Swimmer’s basic guide to understanding and avoiding hyperventilation and panic

The most common problem I find with novice and intermediate swimmers is anxiety about breathing. Whether this anxiety is a defining issue based on fear of the water, or a condition triggered by specific situations, the resulting hyperventilation can be a serious issue. In the moment, our brain and body get tricked into believing we need more air when we actually need to exhale more air.

What is Hyperventilation? The condition—a chemical imbalance between oxygen and carbon dioxide—results from having too much oxygen in our system and not enough carbon dioxide (which is a crucial vasodilator, or blood vessel dilator). When we over-inhale, we limit or prohibit transportation of O2 to the soft tissues, causing a sensation of severe restriction through our lungs and muscles. This is when we can misinterpret the distress signals: We feel like we need to breathe in as much oxygen as possible but, since exactly the opposite is true, that only exacerbates the problem. Our body is really telling us to calm down and exhale. This conundrum is even more exaggerated in the water, a medium that is foreign to our body’s preferred land/air environments. It creates anxiety which can give way to panic. Panic and swimming do not mix!

Swimmers who have not mastered breathing throughout their swim cycle (including: distance, sprints, turns and push-offs) are vulnerable to hyperventilation. The signals are pretty clear:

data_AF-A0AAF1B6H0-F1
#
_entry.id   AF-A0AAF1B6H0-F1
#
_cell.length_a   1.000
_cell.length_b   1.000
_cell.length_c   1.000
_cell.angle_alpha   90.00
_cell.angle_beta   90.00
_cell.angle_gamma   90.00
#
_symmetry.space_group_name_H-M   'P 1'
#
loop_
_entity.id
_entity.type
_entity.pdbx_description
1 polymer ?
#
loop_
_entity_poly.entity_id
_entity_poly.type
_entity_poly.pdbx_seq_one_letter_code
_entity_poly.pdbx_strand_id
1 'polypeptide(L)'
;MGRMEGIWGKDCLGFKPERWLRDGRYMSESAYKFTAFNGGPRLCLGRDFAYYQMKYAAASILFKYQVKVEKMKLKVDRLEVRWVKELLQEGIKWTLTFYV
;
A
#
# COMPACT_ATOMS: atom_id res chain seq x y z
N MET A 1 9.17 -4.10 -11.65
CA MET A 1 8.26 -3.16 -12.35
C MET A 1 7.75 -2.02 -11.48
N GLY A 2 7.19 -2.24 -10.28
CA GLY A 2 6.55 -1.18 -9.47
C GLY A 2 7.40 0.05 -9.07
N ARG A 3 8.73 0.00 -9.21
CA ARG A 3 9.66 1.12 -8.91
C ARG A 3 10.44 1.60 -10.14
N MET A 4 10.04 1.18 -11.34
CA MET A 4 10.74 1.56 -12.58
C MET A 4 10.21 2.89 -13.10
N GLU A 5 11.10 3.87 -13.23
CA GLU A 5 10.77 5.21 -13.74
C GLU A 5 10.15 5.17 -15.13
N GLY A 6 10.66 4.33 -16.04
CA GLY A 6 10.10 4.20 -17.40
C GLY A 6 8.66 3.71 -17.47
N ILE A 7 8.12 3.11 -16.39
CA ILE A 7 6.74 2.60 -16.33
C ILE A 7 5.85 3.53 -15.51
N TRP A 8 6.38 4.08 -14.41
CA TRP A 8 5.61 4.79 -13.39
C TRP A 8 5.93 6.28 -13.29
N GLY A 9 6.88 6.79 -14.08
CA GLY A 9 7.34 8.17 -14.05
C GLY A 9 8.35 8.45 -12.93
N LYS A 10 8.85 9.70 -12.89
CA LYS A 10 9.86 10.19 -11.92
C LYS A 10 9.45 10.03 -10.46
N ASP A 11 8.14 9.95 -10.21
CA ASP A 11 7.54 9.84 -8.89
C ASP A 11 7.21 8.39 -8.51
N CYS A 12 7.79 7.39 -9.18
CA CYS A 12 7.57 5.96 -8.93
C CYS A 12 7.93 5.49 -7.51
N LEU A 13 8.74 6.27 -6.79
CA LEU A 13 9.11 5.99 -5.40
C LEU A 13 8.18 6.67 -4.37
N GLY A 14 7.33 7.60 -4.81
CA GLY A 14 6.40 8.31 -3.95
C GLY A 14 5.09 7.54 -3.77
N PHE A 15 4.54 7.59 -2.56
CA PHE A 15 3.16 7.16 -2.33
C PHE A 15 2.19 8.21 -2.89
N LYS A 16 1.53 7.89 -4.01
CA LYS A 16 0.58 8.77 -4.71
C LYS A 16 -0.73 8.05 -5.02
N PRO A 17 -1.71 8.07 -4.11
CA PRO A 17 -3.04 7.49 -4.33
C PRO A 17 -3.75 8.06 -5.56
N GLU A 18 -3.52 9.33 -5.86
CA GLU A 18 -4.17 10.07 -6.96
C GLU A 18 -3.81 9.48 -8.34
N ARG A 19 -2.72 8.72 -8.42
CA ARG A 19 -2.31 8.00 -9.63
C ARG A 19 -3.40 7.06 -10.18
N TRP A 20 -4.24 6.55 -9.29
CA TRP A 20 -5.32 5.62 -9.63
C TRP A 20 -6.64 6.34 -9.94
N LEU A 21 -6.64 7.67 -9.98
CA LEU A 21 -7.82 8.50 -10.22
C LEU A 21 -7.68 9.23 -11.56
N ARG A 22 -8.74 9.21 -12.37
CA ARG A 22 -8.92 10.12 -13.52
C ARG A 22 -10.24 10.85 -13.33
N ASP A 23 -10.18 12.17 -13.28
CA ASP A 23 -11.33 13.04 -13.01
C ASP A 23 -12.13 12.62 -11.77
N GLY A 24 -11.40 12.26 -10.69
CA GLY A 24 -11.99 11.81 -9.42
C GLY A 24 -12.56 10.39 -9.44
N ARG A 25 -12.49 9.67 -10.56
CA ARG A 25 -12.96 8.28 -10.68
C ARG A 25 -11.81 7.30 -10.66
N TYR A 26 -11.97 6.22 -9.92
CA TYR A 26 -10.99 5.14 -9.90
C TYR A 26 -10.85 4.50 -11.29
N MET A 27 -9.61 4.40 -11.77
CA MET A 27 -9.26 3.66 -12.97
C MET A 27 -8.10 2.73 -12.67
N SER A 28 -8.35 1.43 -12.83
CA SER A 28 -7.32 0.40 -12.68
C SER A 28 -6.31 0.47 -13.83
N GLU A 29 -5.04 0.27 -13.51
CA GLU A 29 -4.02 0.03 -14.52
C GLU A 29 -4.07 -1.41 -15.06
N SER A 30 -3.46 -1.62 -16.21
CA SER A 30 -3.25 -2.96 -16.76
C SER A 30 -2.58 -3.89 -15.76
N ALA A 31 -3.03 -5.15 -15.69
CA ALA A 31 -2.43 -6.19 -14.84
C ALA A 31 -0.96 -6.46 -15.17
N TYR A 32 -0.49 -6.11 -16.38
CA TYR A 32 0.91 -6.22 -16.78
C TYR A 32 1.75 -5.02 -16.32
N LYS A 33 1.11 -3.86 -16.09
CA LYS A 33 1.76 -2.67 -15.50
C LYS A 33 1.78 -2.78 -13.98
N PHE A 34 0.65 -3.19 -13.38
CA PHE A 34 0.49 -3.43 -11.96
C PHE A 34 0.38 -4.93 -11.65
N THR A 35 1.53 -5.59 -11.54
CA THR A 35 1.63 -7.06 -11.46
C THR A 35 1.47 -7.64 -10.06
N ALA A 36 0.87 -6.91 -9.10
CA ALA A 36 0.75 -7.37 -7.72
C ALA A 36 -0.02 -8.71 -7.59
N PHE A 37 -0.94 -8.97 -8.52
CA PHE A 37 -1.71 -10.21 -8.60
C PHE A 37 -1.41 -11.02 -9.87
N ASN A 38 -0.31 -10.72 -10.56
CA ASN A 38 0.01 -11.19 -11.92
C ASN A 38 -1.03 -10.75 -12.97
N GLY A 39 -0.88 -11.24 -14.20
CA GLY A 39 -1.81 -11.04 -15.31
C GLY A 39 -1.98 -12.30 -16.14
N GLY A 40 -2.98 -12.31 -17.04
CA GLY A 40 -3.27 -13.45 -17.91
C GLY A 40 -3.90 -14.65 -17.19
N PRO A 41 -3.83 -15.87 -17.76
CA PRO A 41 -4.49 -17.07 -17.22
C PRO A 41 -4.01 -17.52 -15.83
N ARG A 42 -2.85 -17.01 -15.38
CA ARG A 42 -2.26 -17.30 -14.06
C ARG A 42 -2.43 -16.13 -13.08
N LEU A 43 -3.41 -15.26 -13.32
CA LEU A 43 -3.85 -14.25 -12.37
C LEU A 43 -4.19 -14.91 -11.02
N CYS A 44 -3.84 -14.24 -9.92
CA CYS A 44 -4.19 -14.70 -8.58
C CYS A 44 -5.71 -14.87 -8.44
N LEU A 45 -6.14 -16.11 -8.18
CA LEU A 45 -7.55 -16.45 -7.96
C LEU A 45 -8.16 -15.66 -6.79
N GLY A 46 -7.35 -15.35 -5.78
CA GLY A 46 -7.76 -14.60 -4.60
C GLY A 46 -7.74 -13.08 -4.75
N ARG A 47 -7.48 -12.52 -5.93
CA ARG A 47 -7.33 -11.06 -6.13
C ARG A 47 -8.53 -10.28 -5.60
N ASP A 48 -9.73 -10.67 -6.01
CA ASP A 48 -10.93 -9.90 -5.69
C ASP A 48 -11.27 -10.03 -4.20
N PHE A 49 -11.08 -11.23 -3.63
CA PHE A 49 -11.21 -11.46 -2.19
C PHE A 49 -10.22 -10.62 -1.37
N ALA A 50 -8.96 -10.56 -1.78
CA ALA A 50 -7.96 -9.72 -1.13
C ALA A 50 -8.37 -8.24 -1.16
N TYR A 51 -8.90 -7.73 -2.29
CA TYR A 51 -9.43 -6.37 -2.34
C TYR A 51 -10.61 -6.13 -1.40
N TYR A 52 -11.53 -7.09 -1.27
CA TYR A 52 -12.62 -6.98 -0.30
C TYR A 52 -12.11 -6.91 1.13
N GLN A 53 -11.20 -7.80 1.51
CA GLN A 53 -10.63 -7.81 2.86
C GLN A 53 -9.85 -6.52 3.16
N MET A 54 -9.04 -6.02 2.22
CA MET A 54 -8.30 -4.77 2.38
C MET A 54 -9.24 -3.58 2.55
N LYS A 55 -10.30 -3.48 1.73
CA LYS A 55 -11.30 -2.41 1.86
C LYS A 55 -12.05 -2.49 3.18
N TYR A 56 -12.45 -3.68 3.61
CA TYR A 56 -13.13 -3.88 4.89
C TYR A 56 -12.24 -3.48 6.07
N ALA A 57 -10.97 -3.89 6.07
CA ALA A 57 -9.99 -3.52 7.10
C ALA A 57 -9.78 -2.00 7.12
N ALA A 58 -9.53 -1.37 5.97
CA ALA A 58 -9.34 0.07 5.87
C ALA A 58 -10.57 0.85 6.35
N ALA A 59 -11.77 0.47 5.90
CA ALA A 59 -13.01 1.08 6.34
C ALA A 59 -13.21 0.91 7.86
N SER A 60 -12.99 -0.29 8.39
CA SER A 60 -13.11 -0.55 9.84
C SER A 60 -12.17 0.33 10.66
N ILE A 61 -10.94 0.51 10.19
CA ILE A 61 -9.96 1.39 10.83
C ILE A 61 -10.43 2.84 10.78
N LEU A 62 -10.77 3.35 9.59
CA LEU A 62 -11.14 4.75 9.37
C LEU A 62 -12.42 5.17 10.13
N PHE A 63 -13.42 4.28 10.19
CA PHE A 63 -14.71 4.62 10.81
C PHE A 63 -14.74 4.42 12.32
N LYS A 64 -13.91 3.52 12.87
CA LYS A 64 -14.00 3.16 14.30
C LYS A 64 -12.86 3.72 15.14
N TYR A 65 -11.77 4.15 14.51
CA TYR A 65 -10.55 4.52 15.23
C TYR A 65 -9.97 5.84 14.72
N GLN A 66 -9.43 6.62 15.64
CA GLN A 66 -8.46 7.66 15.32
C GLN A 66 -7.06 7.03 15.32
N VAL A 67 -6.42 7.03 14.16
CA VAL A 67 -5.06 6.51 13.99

• A sense of needing more air
  • A sense of tightness or constriction in the chest, shoulders, arms and legs
  • Colors darkening

Here’s what to do if you experience the type of breathing distress described above:

  • Force yourself to exhale slowly and easily (stop swimming if you need to)
  • Coach yourself to inhale in a light effortless manner (like a musician does when taking a breath before playing or singing the next phrase) and exhale at least two beats longer than your inhale.

Finally, here are some suggestions on how to avoid hyperventilation:

  • Make it a habit to always exhale through your nose in a controlled manner while inhaling quickly and effortlessly through the mouth.
  • Make it habit that your inhale/exhale ratio is at 1:2 or better.
  • While breathing for freestyle:
    • Focus on rotating your face out of the water from the chin rather than the forehead
    • Look slightly behind you to keep your neck aligned correctly.
    • Only allow yourself time to inhale while your face is out of the water, all exhaling should happen in the water.
    • Practice alternate breathing patterns (every third, fifth or seventh stroke)

If you think that you may need some help with breathing in the pool or just want someone to take a look at your breathing mechanics please contact Personal Fitness Trainer and Swim Coach Nathan Palmer.



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